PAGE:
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From Edward Capriolo <edlinuxg...@gmail.com>
Subject Re: N to N relationships
Date Sun, 12 Dec 2010 18:25:58 GMT
On Sun, Dec 12, 2010 at 3:20 AM, David Boxenhorn <david@lookin2.com> wrote:
> You want to store every value twice? That would be a pain to maintain, and
> possibly lead to inconsistent data.
>
> On Fri, Dec 10, 2010 at 3:50 AM, Nick Bailey <nick@riptano.com> wrote:
>>
>> I would also recommend two column families. Storing the key as NxN would
>> require you to hit multiple machines to query for an entire row or column
>> with RandomPartitioner. Even with OPP you would need to pick row or columns
>> to order by and the other would require hitting multiple machines.  Two
>> column families avoids this and avoids any problems with choosing OPP.
>>
>> On Thu, Dec 9, 2010 at 2:26 PM, Aaron Morton <aaron@thelastpickle.com>
>> wrote:
>>>
>>> Am assuming you have one matrix and you know the dimensions. Also as you
>>> say the most important queries are to get an entire column or an entire row.
>>> I would consider using a standard CF for the Columns and one for the
>>> Rows.  The key for each would be the col / row number, each cassandra column
>>> name would be the id of the other dimension and the value whatever you want.
>>>
>>> - when storing the data update both the Column and Row CF
>>> - reading a whole row/col would be simply reading from the appropriate
>>> CF.
>>> - reading an intersection is a get_slice to either col or row CF using
>>> the column_names field to identify the other dimension.
>>> You would not need secondary indexes to serve these queries.
>>> Hope that helps.
>>> Aaron
>>> On 10 Dec, 2010,at 07:02 AM, Sébastien Druon <sdruon@spotuse.com> wrote:
>>>
>>> I mean if I have secondary indexes. Apparently they are calculated in the
>>> background...
>>>
>>> On 9 December 2010 18:33, David Boxenhorn <david@lookin2.com> wrote:
>>>>
>>>> What do you mean by indexing?
>>>>
>>>>
>>>> On Thu, Dec 9, 2010 at 7:30 PM, Sébastien Druon <sdruon@spotuse.com>
>>>> wrote:
>>>>>
>>>>> Thanks a lot for the answer
>>>>> What about the indexing when adding a new element? Is it incremental?
>>>>> Thanks again
>>>>>
>>>>>
>>>>> On 9 December 2010 14:38, David Boxenhorn <david@lookin2.com> wrote:
>>>>>>
>>>>>> How about a regular CF where keys are N@N ?
>>>>>>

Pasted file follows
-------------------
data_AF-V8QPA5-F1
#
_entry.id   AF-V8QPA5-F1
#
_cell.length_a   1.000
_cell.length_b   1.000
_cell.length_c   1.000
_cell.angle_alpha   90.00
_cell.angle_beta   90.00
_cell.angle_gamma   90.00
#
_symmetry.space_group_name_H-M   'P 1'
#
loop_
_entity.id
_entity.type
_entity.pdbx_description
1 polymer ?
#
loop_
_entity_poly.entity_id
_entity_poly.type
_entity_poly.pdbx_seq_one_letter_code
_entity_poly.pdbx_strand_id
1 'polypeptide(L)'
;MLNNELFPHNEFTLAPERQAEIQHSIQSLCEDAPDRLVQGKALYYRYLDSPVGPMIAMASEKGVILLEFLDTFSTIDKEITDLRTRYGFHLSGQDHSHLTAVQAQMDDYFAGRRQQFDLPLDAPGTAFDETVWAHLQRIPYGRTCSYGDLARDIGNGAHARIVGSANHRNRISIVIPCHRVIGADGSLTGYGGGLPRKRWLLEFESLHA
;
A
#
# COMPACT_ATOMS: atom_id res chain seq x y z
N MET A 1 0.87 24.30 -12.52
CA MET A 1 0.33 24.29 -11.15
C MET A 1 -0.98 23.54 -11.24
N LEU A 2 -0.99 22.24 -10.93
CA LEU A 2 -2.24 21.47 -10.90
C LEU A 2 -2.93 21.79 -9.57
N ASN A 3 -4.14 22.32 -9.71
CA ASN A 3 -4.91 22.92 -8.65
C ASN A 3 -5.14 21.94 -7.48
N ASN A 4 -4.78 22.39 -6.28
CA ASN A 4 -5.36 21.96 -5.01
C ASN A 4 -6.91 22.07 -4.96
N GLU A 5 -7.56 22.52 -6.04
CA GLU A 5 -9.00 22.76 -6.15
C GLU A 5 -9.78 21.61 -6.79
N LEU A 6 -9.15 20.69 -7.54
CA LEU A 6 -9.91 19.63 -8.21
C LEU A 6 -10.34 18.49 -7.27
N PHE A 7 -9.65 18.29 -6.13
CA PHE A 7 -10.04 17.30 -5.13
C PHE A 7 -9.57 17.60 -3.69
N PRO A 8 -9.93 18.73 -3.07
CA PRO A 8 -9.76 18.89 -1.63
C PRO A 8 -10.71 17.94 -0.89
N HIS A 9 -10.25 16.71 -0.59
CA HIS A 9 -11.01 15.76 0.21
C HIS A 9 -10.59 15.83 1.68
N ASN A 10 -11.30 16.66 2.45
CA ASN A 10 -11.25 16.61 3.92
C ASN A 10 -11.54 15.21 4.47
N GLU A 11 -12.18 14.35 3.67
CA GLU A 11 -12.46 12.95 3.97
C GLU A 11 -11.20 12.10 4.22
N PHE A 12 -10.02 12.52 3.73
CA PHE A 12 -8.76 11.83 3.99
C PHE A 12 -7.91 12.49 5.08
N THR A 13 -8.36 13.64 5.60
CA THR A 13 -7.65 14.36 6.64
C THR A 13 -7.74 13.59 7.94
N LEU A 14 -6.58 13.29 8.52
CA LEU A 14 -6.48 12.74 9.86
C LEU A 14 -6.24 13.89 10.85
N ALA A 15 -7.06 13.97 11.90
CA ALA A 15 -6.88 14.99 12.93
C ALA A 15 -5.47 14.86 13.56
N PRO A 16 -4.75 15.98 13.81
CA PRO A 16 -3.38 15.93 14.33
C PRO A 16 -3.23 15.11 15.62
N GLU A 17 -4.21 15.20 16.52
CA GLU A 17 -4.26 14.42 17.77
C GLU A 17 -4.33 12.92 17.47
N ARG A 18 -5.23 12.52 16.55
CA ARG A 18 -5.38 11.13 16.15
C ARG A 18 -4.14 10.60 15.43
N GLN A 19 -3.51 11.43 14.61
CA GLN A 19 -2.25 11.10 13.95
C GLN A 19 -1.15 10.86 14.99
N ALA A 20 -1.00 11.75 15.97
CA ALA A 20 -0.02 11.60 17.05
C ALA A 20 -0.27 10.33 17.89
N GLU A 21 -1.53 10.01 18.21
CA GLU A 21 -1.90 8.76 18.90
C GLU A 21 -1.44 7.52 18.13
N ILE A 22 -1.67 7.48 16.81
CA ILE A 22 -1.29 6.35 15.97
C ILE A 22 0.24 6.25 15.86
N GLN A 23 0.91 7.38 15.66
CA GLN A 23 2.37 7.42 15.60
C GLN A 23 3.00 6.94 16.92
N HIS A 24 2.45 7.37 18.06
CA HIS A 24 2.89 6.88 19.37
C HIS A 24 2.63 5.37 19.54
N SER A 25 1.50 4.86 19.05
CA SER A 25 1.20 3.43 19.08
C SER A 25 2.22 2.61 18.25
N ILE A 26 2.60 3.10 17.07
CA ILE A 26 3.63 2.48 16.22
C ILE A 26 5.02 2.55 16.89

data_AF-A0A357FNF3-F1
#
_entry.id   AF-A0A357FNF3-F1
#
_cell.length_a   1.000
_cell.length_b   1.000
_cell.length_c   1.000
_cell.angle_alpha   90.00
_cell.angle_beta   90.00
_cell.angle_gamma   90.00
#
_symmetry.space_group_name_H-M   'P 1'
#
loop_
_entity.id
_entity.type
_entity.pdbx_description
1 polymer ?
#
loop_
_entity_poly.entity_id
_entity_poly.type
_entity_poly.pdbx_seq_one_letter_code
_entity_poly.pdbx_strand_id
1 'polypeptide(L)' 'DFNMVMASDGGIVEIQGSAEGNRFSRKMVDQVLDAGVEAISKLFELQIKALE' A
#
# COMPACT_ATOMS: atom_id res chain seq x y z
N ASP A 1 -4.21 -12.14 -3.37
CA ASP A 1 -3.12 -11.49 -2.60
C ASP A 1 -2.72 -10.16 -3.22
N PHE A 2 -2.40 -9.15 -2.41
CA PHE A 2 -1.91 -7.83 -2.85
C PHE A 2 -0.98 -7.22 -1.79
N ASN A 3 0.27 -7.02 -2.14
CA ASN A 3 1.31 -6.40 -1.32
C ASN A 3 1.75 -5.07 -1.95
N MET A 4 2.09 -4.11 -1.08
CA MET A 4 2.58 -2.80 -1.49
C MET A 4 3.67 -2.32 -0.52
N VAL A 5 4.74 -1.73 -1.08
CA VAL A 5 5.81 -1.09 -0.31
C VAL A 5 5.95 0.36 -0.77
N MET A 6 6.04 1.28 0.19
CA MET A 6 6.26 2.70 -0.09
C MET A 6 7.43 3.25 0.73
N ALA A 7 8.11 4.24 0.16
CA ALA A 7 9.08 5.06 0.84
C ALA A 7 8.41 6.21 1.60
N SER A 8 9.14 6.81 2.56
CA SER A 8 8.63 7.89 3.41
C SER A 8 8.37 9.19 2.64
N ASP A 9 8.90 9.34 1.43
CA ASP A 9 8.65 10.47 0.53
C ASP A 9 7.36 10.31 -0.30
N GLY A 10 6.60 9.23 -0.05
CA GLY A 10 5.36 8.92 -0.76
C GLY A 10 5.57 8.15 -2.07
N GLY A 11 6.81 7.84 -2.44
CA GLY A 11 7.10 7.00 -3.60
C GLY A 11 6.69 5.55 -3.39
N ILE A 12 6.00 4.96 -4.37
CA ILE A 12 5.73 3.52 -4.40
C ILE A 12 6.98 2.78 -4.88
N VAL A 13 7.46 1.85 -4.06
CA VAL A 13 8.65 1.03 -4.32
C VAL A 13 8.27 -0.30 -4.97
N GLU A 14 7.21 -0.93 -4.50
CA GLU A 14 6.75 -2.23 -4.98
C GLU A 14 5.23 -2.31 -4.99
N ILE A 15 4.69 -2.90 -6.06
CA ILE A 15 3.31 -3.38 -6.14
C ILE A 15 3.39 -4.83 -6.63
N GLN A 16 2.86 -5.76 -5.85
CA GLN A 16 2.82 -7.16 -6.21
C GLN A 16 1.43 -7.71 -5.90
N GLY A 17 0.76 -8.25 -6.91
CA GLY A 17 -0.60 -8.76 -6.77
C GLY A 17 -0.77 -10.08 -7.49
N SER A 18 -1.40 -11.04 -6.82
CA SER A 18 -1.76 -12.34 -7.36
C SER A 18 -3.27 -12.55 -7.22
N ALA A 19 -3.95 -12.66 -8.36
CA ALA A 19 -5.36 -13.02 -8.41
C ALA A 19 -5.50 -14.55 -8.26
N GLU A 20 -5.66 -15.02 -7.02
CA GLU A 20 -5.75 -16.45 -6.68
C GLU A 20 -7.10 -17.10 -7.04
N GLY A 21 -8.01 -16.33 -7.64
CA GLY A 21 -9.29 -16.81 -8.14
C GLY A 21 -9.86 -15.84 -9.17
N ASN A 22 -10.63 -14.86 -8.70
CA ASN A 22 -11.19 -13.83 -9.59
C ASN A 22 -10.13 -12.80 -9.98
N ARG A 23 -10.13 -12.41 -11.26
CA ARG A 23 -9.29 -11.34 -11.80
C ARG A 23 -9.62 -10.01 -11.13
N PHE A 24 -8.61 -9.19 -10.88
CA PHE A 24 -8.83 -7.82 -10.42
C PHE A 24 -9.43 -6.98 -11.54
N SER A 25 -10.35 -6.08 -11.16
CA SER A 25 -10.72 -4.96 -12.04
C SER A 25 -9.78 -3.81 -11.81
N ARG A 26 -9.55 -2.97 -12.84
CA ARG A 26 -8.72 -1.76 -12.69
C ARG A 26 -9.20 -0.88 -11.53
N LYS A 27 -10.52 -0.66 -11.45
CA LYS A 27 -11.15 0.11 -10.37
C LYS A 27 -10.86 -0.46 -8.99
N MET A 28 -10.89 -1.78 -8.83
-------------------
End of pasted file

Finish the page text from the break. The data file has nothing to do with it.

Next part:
>>>>>> Then, getting a matrix row would be the same cost as getting a matrix
>>>>>> column (N gets), and it would be very easy to add element N+1.
>>>>>>
>>>>>>
>>>>>>
>>>>>> On Thu, Dec 9, 2010 at 1:48 PM, Sébastien Druon <sdruon@spotuse.com>
>>>>>> wrote:
>>>>>>>
>>>>>>> Hello,
>>>>>>> For a specific case, we are thinking about representing a N to
N
>>>>>>> relationship with a NxN Matrix in Cassandra.
>>>>>>> The relations will be only between a subset of elements, so the
>>>>>>> Matrix will mostly contain empty elements.
>>>>>>> We have a set of questions concerning this:
>>>>>>> - what is the best way to represent this matrix? what would have
the
>>>>>>> best performance in reading? in writing?
>>>>>>>   . a super column family with n column families, with n columns
each
>>>>>>>   . a column family with n columns and n lines
>>>>>>> In the second case, we would need to extract 2 kinds of information:
>>>>>>> - all the relations for a line: this should be no specific problem;
>>>>>>> - all the relations for a column: in that case we would need
an index
>>>>>>> for the columns, right? and then get all the lines where the
value of the
>>>>>>> column in question is not null... is it the correct way to do?
>>>>>>> When using indexes, say we want to add another element N+1. What
>>>>>>> impact in terms of time would it have on the indexation job?
>>>>>>> Thanks a lot for the answers,
>>>>>>> Best regards,
>>>>>>> Sébastien Druon
>>>>>
>>>>
>>>
>>
>
>
Before secondary indexes the only option was to store the data twice.
Yes you have to maintain this yourself. The data model only provides
fast searches on the key. An index normally a separate entity with
different ordering, almost the same here.

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